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Unleashing Change: A Study of Organizational Renewal in Government  by Steven Kelman, Brookings Institution Press, 2005, 308 pages, $29.95 (paperback), ISBN-13: 978-0-8157-4899-1, ISBN-10: 0-8157-4899-X

Using acquisition reform as a test case, Kelman—the Administrator of the Office of Federal Procurement Policy from 1994 to 1997 and the leader of that era’s acquisition reform movement—marshals survey data and multiple regression analysis to show that organizational change is a political process. He argues that there is a "change vanguard" in every organization which is discontented with the status quo and that leaders can use them to recruit others and to form a movement large enough to overcome organizational inertia and opposition.

Reviewed by Vernon J. Edwards.  Please see review inside.

The Complete Idiot’s Guide to Project Management, 2d ed. by Sunny Baker, Ph.D. and Kim E. Baker; Alpha Books, 2000; 404 pages, $18.95 (paperback); ISBN 0-02-863920-0

Project Management for Dummies,
by Stanley E. Portny; Wiley Publishing, Inc., 2001; 350 pages, $21.99 (paperback); ISBN 0-7645-5283-X

One of the big management developments of the last decade was the growing interest in project management.  Acquisition professionals have much to gain by learning at least the rudiments of project management, and these two books are a good place to start the learning process. Contracting officers as business managers? Here’s a good place to start.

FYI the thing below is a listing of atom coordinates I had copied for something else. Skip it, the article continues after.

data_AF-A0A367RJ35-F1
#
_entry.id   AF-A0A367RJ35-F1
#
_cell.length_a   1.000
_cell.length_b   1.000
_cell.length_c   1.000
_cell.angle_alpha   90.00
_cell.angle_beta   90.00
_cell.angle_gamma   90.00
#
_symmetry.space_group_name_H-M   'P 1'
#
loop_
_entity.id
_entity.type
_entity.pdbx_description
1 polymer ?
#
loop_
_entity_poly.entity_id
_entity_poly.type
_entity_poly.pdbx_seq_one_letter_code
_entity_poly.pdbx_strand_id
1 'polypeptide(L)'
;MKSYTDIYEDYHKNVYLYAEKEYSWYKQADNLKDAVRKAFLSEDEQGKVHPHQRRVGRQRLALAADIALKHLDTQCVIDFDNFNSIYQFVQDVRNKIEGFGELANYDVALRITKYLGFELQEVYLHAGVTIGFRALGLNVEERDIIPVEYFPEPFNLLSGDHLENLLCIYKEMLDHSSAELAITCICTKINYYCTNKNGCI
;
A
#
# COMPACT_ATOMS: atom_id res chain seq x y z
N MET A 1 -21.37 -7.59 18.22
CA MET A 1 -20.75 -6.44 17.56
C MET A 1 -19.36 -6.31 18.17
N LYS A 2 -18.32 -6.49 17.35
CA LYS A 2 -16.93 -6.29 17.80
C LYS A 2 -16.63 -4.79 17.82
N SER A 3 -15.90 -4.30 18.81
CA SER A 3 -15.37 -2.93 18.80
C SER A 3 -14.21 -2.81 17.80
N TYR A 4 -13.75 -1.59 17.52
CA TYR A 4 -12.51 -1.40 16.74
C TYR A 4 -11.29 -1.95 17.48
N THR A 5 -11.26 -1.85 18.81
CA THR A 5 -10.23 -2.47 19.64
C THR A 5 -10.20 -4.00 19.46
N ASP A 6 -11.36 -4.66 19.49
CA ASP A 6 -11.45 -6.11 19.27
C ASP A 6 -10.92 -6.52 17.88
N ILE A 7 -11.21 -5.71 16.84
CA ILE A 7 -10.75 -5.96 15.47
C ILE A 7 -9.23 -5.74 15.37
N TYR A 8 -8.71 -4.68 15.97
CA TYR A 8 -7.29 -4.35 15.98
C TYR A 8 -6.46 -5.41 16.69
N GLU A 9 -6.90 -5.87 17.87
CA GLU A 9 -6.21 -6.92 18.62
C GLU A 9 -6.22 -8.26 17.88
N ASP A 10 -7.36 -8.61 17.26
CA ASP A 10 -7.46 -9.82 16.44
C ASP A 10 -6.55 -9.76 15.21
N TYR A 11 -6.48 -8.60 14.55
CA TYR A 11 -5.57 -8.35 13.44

Reviewed by Vernon J. Edwards.  Please see review inside.

Protecting Your Company’s Intellectual Property: A Practical Guide to Trademarks, Copyrights, Patents & Trademarks  Deborah E. Bouchoux; AMACOM, 2001; 261 pages, $29.95 (hardcover); ISBN 0-8144-0601-7

Patent, Copyright & Trademark: An Intellectual Property Desk Reference, 4th ed.  Stephen Elias and Richard Stim; Nolo, 2001; 496 pages, $34.95 (paper); ISBN 0-87337-601-3

Web & Software Development: A Legal Guide, 3d ed.  Stephen Fishman; Nolo, 2002; 400+ pages, $44.95 (paper); ISBN 0-87337-645-5

Most acquisition practitioners have neither the time nor the wherewithal to become steeped in intellectual property law or in government policies about patent rights, data rights and copyrights.  Practitioners should understand certain basic concepts of intellectual property law so that they can grasp the issues, ask the right questions, and understand the answers. What they need is an affordable primer about intellectual property, and here are three books that fit that bill.

Reviewed by Vernon J. Edwards.  Please see review inside.

Business:  The Ultimate Resource  Perseus Publishing, 2002; 2,172 pages, $59.95; ISBN 0-7382-0242-8

A comprehensive one-volume business reference of information and advice written by more than 200 contributors who are practitioners, consultants, or academics.  

Reviewed by Vernon J. Edwards.  Please see review inside.


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